More Than Words: Fed Chairs’ Communication During Congressional Testimonies

Michelle Alexopoulos, Xinfen Han, Oleksiy Kryvtsov & Xu Zhang
We measure soft information contained in the congressional testimonies of U.S. Federal Reserve Chairs and analyze its effect on financial markets. Our measures of Fed Chairs’ emotions expressed in words, voice and facial expressions are created using machine learning. Increases in the Chair’s text-, voice-, or face-emotion indices during these testimonies generally raise the S&P500 index and lower the VIX—indicating that these cues help shape market responses to Fed communications. These effects add up and...

Housing demand in Canada: A novel approach to classifying mortgaged homebuyers

Mikael Khan
We introduce a novel approach to categorize mortgaged homebuyers into first-time homebuyers, repeat homebuyers and investors. We show how these groups contribute to activity in Canadian housing markets, and we analyze the differences in their demographic and financial characteristics.

What Drives Bitcoin Fees? Using Segwit to Assess Bitcoin's Long-Run Sustainability

Coline Brown, Jonathan Chiu & Thorsten Koeppl
"Bitcoin is a decentralized payment system: a central institution to verify and settle transactions does not exist. What drives the transaction fees in this system? Can it remain tamper proof in the long run? We develop an empirical model to study how the demand for bitcoin influences transaction fees. To identify supply and demand effects, we analyze two types of events—two rapid price increases since late 2017 and the introduction of a new feature called...

Predicting the Demand for Central Bank Digital Currency: A Structural Analysis with Survey Data

Jiaqi Li
"Many central banks are considering whether to issue a central bank digital currency (CBDC), which would allow people to have an account at the central bank itself. To inform this decision, policy-makers are interested in knowing how much of a CBDC people would hold and what design it should have.  This paper predicts Canadian households’ potential holdings of a CBDC and how different design features of a CBDC would affect their potential holdings. I view...

Central Bank Digital Currency and Banking: Macroeconomic Benefits of a Cash-Like Design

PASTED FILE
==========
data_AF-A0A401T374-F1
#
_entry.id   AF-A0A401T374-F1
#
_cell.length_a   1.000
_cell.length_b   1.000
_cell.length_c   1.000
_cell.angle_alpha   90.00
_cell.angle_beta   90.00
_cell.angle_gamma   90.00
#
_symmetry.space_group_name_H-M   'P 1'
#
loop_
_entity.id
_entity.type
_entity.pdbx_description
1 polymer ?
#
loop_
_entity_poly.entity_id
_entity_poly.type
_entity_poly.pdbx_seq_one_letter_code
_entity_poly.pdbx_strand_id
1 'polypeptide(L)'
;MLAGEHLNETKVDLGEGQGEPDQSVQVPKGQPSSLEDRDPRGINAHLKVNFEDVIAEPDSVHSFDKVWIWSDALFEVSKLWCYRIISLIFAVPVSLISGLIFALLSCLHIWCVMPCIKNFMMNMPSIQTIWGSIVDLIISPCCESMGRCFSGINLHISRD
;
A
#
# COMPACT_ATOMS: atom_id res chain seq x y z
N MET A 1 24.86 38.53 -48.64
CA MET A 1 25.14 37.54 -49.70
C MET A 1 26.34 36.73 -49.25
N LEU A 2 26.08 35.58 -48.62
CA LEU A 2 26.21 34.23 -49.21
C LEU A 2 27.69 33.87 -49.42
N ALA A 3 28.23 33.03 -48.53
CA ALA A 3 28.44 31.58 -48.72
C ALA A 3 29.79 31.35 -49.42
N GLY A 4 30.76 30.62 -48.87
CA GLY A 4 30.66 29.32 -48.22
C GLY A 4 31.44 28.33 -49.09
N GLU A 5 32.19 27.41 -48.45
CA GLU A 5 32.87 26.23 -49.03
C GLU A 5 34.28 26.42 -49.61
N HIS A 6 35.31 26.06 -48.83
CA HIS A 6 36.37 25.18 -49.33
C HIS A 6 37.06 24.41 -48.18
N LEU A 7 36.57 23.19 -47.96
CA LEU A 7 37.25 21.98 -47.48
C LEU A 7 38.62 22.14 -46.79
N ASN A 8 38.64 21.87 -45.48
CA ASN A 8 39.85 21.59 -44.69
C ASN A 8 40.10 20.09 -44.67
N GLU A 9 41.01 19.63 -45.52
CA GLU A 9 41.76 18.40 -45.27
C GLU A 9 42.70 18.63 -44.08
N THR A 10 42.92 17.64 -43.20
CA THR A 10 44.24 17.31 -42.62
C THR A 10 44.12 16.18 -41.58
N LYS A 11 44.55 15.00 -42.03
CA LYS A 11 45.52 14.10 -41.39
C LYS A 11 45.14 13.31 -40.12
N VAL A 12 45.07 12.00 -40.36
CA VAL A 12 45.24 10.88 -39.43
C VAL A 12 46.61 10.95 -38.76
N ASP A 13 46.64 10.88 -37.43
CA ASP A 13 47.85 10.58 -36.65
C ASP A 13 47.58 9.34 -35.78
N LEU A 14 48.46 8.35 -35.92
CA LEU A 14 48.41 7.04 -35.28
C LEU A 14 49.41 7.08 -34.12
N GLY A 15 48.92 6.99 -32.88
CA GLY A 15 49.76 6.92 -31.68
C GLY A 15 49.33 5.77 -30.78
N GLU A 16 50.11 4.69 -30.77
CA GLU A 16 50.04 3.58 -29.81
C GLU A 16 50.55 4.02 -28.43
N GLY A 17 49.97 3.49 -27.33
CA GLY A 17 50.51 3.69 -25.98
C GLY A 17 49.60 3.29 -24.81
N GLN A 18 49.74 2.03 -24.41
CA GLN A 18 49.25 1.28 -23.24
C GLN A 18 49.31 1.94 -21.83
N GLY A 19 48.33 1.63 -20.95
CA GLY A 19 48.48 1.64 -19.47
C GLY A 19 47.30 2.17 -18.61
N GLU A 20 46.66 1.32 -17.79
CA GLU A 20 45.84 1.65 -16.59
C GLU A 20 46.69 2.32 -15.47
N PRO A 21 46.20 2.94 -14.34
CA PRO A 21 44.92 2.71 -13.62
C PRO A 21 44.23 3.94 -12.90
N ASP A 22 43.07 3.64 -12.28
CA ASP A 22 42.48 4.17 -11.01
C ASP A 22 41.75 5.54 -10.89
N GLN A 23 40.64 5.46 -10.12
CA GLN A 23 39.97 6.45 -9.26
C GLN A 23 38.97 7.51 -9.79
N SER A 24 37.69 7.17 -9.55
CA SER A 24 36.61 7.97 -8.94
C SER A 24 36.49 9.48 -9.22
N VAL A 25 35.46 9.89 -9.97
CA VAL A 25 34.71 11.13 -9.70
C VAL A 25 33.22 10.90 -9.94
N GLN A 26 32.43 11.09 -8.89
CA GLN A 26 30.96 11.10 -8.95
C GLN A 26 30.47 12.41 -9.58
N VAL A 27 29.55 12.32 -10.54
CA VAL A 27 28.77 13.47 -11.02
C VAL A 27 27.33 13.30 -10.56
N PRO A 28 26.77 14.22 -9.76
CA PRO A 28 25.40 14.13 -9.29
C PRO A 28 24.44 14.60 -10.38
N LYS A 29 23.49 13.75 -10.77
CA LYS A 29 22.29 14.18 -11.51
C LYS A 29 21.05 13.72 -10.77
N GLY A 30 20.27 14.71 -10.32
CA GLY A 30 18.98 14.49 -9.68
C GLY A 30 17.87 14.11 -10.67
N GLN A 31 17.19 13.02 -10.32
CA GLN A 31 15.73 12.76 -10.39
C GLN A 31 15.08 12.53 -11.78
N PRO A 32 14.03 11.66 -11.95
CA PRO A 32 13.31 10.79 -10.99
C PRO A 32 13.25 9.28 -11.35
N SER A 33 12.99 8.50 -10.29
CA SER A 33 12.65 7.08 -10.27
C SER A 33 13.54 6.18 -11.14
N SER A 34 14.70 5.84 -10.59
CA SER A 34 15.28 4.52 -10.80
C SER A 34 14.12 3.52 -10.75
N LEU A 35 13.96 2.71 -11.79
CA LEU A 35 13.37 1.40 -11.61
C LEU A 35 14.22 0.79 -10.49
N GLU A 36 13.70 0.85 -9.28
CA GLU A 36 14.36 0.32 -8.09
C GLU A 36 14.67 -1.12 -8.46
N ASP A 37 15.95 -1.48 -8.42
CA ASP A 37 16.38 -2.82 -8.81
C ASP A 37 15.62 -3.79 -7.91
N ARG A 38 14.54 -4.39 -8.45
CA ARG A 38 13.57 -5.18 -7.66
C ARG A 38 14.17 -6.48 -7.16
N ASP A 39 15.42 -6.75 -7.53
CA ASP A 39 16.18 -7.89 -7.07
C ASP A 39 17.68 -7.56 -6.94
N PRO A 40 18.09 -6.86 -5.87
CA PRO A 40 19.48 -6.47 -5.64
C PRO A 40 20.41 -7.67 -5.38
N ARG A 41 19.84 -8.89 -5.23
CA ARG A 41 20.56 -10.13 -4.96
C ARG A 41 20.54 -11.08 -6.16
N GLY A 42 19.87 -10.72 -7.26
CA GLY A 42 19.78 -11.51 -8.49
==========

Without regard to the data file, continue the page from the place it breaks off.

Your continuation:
Jonathan Chiu & Seyed Mohammadreza Davoodalhosseini
"Many central banks are contemplating issuing a central bank digital currency (CBDC). A CBDC would have implications for payments, banking and, more broadly, total demand and supply in the economy. Considering these effects, should the central bank issue a CBDC? And if so, should the CBDC be more like cash or bank deposits?   To answer these questions, we theoretically and quantitatively assess the effects of a CBDC on consumption, banking and welfare. Our model introduces new general equilibrium linkages across different types of retail transactions (including cash, deposits and credit) as well as a novel feedback effect from...

Macroeconomic Predictions Using Payments Data and Machine Learning

James Chapman & Ajit Desai
Monitoring and predicting the economy’s short-term dynamics are vital in economic decision making. However, major economic indicators are released with a substantial delay, and policy-makers must therefore rely on sophisticated models to accurately estimate them. Consumers are increasingly adopting electronic payment methods—a trend that accelerated dramatically during the COVID-19 pandemic. The vast amounts of high-frequency data generated by electronic payments are available almost in real time. And thanks to recent advances in artificial intelligence and...

Dynamic Privacy Choices

Shota Ichihashi
Imagine a consumer using a social media service. They use the application to read news or posts from friends. At the same time, the social media app learns about the consumer by analyzing their profile and monitoring their browsing habits. The more actively the consumer uses the service, the more data the app can collect, which often means a better experience for the consumer and higher revenue for the service. The consumer faces a trade-off:...

A Horse Race of Alternative Monetary Policy Regimes Under Bounded Rationality

Joel Wagner, Tudor Schlanger & Yang Zhang
We introduce bounded rationality, along the lines of Gabaix (2020), in a canonical New Keynesian model calibrated to match Canadian macroeconomic data since Canada’s adoption of inflation targeting. We use the model to provide a quantitative assessment of the macroeconomic impact of flexible inflation targeting and some alternative monetary policy regimes. These alternative monetary policy regimes are average-inflation targeting, price-level targeting and nominal gross domestic product level targeting. We consider these regimes’ performance with and...

Transmission of Cyber Risk Through the Canadian Wholesale Payments System

Anneke Kosse & Zhentong Lu